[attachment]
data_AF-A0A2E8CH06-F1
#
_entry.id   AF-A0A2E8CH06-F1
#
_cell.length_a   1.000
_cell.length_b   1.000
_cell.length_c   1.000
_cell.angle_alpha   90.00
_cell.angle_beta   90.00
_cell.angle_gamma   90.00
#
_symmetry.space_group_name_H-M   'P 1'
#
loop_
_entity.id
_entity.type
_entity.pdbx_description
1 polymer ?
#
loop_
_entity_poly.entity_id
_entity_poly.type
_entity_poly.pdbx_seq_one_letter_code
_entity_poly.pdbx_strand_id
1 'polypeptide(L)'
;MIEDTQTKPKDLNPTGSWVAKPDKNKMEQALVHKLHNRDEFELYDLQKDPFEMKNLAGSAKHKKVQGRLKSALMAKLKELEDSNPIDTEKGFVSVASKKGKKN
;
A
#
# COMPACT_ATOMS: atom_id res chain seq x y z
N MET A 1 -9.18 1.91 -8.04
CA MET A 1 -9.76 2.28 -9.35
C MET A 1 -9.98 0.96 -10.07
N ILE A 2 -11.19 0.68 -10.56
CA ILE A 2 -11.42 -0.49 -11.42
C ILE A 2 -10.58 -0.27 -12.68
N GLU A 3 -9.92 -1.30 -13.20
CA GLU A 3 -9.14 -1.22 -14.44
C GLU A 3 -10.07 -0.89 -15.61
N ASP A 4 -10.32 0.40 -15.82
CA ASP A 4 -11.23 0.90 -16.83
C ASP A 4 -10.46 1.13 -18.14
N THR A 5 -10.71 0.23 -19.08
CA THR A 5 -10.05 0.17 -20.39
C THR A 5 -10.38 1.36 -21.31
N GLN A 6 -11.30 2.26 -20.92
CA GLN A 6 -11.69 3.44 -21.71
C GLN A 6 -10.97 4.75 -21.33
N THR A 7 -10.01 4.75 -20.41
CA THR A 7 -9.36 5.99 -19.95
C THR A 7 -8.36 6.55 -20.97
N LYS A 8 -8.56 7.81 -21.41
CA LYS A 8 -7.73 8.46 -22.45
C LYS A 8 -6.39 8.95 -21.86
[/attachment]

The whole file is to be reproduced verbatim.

data_AF-A0A2E8CH06-F1
#
_entry.id   AF-A0A2E8CH06-F1
#
_cell.length_a   1.000
_cell.length_b   1.000
_cell.length_c   1.000
_cell.angle_alpha   90.00
_cell.angle_beta   90.00
_cell.angle_gamma   90.00
#
_symmetry.space_group_name_H-M   'P 1'
#
loop_
_entity.id
_entity.type
_entity.pdbx_description
1 polymer ?
#
loop_
_entity_poly.entity_id
_entity_poly.type
_entity_poly.pdbx_seq_one_letter_code
_entity_poly.pdbx_strand_id
1 'polypeptide(L)'
;MIEDTQTKPKDLNPTGSWVAKPDKNKMEQALVHKLHNRDEFELYDLQKDPFEMKNLAGSAKHKKVQGRLKSALMAKLKELEDSNPIDTEKGFVSVASKKGKKN
;
A
#
# COMPACT_ATOMS: atom_id res chain seq x y z
N MET A 1 -9.18 1.91 -8.04
CA MET A 1 -9.76 2.28 -9.35
C MET A 1 -9.98 0.96 -10.07
N ILE A 2 -11.19 0.68 -10.56
CA ILE A 2 -11.42 -0.49 -11.42
C ILE A 2 -10.58 -0.27 -12.68
N GLU A 3 -9.92 -1.30 -13.20
CA GLU A 3 -9.14 -1.22 -14.44
C GLU A 3 -10.07 -0.89 -15.61
N ASP A 4 -10.32 0.40 -15.82
CA ASP A 4 -11.23 0.90 -16.83
C ASP A 4 -10.46 1.13 -18.14
N THR A 5 -10.71 0.23 -19.08
CA THR A 5 -10.05 0.17 -20.39
C THR A 5 -10.38 1.36 -21.31
N GLN A 6 -11.30 2.26 -20.92
CA GLN A 6 -11.69 3.44 -21.71
C GLN A 6 -10.97 4.75 -21.33
N THR A 7 -10.01 4.75 -20.41
CA THR A 7 -9.36 5.99 -19.95
C THR A 7 -8.36 6.55 -20.97
N LYS A 8 -8.56 7.81 -21.41
CA LYS A 8 -7.73 8.46 -22.45
C LYS A 8 -6.39 8.95 -21.86